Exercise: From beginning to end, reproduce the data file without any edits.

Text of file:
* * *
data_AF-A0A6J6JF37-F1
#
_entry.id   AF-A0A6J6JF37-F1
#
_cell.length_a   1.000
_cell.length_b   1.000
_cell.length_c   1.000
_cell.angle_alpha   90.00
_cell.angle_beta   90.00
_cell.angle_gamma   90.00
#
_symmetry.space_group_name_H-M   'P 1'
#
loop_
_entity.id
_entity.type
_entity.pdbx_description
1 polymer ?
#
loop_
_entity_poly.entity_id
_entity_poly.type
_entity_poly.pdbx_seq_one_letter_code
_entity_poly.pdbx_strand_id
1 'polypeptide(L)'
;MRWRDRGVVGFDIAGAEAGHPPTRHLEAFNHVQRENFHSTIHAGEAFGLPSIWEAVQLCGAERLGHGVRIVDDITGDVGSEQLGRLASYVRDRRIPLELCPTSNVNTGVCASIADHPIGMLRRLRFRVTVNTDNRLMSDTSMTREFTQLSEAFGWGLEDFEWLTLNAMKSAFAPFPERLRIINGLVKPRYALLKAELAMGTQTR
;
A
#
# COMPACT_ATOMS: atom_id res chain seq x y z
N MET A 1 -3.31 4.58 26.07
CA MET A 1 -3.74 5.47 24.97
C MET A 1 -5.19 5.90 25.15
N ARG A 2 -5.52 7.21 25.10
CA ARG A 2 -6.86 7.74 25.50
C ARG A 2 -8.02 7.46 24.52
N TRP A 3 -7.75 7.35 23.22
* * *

data_AF-A0A6J6JF37-F1
#
_entry.id   AF-A0A6J6JF37-F1
#
_cell.length_a   1.000
_cell.length_b   1.000
_cell.length_c   1.000
_cell.angle_alpha   90.00
_cell.angle_beta   90.00
_cell.angle_gamma   90.00
#
_symmetry.space_group_name_H-M   'P 1'
#
loop_
_entity.id
_entity.type
_entity.pdbx_description
1 polymer ?
#
loop_
_entity_poly.entity_id
_entity_poly.type
_entity_poly.pdbx_seq_one_letter_code
_entity_poly.pdbx_strand_id
1 'polypeptide(L)'
;MRWRDRGVVGFDIAGAEAGHPPTRHLEAFNHVQRENFHSTIHAGEAFGLPSIWEAVQLCGAERLGHGVRIVDDITGDVGSEQLGRLASYVRDRRIPLELCPTSNVNTGVCASIADHPIGMLRRLRFRVTVNTDNRLMSDTSMTREFTQLSEAFGWGLEDFEWLTLNAMKSAFAPFPERLRIINGLVKPRYALLKAELAMGTQTR
;
A
#
# COMPACT_ATOMS: atom_id res chain seq x y z
N MET A 1 -3.31 4.58 26.07
CA MET A 1 -3.74 5.47 24.97
C MET A 1 -5.19 5.90 25.15
N ARG A 2 -5.52 7.21 25.10
CA ARG A 2 -6.86 7.74 25.50
C ARG A 2 -8.02 7.46 24.52
N TRP A 3 -7.75 7.35 23.22